NEW YORK – The rock bands Cheap Trick and The Allman Brothers are suing record giant Sony Music, claiming they are being shortchanged on royalties for songs downloaded legally over the Internet.
The suit, filed at a federal court in Manhattan, claims Sony has failed to live up to a contract requiring that it pay its musicians half of the net revenue it receives from licensing songs to download services.
Sony has been paying the aging rockers less than that amount, in part because their record deals predate the existence of legal music sales over the Internet.
According to the suit, the record company is treating digital downloads like traditional record sales, rather than licensed music, triggering a different royalty deal.
Under that old rubric, the record company deducts fees for the kind of extra costs they used to incur when records were pressed on vinyl, including packaging charges, restocking costs and losses due to breakage.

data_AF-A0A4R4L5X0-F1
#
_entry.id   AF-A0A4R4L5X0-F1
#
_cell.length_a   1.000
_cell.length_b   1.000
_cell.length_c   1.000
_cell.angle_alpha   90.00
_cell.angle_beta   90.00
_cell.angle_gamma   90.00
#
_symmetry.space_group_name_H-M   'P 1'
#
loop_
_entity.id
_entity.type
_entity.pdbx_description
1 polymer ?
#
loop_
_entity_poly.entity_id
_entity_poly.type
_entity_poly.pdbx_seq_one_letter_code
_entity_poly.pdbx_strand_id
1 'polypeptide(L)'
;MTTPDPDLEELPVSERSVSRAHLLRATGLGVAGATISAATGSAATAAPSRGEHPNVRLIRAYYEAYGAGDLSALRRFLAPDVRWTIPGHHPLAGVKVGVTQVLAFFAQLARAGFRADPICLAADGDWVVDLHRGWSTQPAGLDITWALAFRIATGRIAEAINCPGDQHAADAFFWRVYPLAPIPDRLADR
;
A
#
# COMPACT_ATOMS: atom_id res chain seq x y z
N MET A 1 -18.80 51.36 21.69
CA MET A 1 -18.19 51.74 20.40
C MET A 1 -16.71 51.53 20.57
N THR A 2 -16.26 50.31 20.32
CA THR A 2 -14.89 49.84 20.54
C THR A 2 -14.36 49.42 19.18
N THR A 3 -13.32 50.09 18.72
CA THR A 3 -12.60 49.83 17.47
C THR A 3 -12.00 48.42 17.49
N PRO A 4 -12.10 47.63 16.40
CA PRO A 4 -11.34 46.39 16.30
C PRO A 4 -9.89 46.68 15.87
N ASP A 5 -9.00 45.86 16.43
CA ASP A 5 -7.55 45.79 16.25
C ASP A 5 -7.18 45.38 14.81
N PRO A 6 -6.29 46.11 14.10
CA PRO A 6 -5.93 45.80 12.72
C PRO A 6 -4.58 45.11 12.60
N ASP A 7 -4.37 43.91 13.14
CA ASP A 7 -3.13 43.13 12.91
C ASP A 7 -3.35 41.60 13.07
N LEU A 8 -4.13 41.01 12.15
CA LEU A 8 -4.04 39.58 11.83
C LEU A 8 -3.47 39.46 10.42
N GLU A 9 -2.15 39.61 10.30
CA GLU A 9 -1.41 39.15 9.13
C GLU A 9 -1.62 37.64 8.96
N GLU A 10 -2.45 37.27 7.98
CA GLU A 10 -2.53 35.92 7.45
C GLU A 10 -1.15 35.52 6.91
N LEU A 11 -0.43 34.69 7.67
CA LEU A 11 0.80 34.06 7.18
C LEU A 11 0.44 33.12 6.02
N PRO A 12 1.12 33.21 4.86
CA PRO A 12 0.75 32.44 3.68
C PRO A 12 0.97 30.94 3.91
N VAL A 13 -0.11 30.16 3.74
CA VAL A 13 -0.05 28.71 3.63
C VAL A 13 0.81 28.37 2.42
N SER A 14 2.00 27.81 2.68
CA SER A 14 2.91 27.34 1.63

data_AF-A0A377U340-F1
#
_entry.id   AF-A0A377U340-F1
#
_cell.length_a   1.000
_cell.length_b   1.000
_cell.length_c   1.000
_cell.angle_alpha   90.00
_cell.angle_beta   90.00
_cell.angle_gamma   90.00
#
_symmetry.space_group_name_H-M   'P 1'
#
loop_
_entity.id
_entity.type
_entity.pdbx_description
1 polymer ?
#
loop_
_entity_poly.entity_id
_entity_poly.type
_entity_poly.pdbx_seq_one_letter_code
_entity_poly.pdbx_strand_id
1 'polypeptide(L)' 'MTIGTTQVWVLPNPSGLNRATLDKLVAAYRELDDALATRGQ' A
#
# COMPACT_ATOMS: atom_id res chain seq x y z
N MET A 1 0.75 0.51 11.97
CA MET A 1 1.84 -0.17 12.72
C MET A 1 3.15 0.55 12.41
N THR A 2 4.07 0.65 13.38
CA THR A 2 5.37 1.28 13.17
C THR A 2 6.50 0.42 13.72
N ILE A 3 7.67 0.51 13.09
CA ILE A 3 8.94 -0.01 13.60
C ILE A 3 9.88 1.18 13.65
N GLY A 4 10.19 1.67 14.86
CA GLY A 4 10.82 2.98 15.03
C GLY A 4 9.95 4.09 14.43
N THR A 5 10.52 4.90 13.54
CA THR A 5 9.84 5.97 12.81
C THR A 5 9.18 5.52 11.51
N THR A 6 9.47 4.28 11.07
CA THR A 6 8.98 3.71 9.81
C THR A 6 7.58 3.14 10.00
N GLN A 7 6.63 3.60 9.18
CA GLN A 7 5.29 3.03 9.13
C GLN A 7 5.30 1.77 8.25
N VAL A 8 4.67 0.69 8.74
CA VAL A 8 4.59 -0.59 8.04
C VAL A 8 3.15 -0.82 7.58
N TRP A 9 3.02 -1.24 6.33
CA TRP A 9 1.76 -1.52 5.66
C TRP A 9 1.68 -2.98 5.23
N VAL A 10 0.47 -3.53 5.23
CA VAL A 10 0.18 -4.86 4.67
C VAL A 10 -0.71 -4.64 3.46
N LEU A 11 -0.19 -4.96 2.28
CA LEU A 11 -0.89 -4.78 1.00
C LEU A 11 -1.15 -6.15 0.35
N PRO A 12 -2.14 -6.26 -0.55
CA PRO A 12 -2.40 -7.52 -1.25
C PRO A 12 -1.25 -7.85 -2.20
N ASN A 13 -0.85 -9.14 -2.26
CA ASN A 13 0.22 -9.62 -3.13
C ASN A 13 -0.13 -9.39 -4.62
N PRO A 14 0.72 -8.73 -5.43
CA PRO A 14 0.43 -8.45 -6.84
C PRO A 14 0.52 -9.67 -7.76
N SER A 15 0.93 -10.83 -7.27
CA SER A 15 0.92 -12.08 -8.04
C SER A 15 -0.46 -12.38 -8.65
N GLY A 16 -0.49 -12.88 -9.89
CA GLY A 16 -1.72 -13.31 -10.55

Tracks sold over the Internet usually go for about 99 cents. About 70 cents of the sale price goes to Sony. The bands are getting about 41/2 cents per song, according to the suit, rather than the approximately 30 cents they claim is rightfully theirs.
“I feel strongly that the record company is doing the wrong thing,” said Brian Caplan, an attorney for the bands.
Sony BMG declined to comment on the lawsuit.
Cheap Trick and the Allman Brothers are seeking to have the suit declared a class action, which would cover all Sony artists who signed deals between 1962 and 2002. The Allman Brothers Band signed its current Sony deal in 1989. Cheap Trick’s deal dates to 1976.
While the amount of money at stake per song is small, it could cost Sony millions of dollars if a court rules for the bands.
Caplan estimated that there may be 2,500 recording artists covered by the class.